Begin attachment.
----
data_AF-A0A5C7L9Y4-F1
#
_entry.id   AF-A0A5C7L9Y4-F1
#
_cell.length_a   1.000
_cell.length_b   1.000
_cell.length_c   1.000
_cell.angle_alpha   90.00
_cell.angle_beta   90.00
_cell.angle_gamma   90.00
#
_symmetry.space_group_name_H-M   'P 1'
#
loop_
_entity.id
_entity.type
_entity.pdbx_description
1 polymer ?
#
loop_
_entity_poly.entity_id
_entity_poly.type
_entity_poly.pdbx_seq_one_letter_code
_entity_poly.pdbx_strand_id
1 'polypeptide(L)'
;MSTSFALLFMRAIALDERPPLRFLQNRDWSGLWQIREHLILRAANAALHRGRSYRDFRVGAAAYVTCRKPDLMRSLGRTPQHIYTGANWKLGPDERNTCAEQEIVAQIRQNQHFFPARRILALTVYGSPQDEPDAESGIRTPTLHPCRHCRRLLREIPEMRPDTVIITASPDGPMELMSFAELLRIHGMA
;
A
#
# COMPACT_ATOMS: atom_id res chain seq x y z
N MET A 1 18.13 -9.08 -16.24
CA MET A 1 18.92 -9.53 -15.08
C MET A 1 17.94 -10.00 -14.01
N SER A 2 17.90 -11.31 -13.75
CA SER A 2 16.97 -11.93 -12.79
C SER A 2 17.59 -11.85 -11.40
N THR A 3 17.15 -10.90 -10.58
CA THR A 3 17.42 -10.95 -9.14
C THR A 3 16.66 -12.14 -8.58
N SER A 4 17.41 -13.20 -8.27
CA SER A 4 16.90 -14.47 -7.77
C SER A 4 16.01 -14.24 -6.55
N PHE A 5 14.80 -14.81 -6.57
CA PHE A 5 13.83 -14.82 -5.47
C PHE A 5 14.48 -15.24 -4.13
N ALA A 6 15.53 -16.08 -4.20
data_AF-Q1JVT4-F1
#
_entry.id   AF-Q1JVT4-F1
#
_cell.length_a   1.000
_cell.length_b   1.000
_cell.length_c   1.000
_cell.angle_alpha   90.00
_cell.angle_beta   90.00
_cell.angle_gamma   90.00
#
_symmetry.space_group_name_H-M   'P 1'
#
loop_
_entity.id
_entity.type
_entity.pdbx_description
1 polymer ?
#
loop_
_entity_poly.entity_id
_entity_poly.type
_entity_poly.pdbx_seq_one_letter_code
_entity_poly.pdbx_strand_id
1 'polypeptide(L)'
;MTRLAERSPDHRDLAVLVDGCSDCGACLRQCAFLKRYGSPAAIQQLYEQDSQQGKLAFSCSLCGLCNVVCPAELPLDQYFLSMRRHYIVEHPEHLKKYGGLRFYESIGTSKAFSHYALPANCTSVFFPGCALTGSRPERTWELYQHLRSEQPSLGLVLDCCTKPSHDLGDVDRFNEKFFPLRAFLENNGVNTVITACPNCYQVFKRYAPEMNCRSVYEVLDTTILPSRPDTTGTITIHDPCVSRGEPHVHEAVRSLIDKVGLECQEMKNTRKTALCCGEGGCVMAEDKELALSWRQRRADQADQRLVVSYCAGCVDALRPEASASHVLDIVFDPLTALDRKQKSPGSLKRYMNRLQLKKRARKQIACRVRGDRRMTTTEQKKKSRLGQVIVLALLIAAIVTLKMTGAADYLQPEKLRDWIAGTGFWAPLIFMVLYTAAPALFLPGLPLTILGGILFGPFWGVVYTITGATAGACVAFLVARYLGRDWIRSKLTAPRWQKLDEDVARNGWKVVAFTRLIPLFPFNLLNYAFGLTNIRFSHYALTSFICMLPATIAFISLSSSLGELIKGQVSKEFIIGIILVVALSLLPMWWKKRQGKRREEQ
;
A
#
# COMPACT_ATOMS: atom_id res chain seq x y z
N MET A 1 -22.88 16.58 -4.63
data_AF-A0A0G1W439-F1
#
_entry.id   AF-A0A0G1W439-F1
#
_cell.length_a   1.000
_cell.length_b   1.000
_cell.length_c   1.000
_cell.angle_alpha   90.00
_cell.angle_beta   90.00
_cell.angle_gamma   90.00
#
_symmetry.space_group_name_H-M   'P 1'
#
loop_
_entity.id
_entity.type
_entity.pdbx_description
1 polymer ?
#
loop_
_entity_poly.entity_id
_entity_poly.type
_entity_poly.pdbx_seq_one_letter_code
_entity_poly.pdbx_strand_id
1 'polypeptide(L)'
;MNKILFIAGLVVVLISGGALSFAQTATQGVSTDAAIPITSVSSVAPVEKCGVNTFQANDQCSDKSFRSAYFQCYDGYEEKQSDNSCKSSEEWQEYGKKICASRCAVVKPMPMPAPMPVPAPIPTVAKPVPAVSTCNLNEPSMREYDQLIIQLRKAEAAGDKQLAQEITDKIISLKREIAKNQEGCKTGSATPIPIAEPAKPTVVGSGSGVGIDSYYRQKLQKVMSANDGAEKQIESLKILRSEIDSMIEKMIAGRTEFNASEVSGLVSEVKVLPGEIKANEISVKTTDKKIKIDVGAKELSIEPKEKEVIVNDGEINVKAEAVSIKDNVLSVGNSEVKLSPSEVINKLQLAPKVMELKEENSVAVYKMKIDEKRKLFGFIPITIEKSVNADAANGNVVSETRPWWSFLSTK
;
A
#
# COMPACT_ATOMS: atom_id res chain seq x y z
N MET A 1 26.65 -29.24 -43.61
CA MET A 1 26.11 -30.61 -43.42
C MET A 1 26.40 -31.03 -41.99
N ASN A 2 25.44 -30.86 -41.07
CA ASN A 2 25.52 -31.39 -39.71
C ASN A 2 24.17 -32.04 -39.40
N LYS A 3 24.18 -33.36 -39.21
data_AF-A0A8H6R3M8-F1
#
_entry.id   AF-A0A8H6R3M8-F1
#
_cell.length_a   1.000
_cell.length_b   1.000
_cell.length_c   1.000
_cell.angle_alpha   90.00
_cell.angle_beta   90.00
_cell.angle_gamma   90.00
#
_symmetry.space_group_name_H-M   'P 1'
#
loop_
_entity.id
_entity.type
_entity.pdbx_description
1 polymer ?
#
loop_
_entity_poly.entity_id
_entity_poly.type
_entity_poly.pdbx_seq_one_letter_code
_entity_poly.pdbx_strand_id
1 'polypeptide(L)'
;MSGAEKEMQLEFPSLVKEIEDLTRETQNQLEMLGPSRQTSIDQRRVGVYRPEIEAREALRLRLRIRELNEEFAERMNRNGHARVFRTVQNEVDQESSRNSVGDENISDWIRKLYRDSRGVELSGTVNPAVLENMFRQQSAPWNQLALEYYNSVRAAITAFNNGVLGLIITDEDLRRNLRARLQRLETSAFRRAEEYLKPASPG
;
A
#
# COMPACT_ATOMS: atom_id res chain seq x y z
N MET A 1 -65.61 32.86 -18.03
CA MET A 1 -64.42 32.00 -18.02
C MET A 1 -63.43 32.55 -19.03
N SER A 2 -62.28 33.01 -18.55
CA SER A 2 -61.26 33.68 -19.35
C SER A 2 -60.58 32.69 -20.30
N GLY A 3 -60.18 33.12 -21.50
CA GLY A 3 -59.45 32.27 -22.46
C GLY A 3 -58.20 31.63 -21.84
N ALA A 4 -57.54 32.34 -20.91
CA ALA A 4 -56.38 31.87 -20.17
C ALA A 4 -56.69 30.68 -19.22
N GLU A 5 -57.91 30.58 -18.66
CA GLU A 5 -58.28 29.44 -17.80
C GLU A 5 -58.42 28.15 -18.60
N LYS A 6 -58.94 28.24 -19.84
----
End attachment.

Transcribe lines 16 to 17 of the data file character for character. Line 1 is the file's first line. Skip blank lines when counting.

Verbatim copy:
_entity.type
_entity.pdbx_description